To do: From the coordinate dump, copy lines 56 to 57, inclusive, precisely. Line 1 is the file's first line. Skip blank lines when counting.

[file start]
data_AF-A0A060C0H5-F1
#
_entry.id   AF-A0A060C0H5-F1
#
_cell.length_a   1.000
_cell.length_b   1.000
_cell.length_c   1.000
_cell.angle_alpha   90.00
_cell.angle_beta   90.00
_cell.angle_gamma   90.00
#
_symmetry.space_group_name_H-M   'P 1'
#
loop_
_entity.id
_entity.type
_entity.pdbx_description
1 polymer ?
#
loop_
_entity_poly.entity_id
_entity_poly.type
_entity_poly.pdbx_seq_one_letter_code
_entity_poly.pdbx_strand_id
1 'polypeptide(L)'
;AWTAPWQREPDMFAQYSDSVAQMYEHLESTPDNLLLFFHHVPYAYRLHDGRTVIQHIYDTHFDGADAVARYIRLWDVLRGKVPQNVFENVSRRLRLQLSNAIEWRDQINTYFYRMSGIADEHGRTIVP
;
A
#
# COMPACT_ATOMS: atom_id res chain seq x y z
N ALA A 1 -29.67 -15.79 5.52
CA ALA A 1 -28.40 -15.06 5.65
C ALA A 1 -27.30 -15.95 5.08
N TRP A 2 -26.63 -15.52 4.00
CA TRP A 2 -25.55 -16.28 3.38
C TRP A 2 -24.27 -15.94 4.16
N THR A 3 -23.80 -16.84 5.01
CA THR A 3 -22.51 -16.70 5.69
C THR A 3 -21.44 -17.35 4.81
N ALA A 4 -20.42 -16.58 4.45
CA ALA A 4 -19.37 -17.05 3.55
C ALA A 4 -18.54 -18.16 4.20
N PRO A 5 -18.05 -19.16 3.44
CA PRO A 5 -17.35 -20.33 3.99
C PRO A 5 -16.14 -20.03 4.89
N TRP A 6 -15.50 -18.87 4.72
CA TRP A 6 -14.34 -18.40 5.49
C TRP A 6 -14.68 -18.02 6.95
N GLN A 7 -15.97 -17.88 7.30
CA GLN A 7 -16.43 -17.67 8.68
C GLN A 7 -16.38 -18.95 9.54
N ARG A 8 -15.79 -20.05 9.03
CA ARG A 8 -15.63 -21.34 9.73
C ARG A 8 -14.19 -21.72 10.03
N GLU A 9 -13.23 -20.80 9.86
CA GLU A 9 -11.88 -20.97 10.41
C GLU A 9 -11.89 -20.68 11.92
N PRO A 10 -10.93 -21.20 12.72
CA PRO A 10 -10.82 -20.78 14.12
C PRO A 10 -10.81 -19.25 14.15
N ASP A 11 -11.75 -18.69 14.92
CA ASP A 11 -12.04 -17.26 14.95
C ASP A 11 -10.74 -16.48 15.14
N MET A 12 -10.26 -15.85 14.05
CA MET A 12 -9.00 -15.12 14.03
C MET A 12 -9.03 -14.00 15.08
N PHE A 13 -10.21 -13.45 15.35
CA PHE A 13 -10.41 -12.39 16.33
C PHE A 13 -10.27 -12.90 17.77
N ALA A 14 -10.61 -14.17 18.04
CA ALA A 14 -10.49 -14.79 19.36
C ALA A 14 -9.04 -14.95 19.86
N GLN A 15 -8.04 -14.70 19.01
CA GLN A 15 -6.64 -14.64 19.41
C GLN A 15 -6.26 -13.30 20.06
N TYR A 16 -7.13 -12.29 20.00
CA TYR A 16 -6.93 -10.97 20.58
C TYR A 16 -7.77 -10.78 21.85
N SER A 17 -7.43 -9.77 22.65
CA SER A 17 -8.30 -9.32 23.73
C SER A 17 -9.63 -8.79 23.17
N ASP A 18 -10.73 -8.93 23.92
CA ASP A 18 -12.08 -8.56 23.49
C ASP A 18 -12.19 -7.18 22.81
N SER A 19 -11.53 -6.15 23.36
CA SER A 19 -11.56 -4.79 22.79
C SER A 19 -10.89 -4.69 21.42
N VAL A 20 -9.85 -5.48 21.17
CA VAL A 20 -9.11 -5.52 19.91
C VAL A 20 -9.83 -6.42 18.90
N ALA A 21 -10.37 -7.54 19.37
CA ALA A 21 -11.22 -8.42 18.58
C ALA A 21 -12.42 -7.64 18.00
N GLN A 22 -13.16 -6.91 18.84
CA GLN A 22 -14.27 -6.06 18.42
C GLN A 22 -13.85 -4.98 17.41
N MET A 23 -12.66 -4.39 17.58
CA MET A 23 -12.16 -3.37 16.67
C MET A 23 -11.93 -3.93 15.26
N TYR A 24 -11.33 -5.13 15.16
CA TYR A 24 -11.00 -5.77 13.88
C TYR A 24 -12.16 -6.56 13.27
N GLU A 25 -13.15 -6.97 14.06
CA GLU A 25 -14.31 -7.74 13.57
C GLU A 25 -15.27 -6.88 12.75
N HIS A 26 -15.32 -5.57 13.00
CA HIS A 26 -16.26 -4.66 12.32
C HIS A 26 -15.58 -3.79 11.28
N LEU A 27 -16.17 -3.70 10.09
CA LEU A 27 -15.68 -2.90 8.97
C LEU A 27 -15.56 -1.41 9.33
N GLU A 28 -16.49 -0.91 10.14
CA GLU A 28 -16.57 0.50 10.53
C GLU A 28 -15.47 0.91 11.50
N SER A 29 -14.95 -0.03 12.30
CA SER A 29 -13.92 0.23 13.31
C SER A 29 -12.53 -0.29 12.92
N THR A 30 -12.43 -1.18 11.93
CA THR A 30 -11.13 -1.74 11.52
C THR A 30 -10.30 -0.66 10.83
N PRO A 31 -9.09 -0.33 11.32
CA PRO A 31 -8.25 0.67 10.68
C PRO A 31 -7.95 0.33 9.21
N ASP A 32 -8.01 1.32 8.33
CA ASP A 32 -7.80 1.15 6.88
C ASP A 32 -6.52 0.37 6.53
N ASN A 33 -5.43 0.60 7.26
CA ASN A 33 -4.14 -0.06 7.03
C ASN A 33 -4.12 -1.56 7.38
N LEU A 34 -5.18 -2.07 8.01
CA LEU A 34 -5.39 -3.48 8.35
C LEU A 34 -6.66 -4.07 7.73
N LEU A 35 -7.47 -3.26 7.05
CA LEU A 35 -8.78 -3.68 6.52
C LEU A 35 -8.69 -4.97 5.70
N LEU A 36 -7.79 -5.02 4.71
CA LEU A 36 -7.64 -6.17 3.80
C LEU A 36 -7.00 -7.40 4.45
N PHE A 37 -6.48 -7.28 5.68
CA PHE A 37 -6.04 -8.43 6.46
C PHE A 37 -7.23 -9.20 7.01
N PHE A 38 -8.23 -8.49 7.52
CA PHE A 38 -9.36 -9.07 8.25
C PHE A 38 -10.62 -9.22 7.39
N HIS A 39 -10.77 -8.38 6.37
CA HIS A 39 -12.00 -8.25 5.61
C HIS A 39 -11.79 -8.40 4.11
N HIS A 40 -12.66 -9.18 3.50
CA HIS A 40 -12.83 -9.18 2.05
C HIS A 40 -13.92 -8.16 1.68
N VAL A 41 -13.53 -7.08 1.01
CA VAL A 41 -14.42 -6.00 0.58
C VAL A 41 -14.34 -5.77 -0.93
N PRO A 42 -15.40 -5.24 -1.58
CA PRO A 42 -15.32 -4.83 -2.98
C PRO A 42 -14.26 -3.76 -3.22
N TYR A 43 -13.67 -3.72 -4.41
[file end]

CA GLU A 9 -11.88 -20.97 10.41
C GLU A 9 -11.89 -20.68 11.92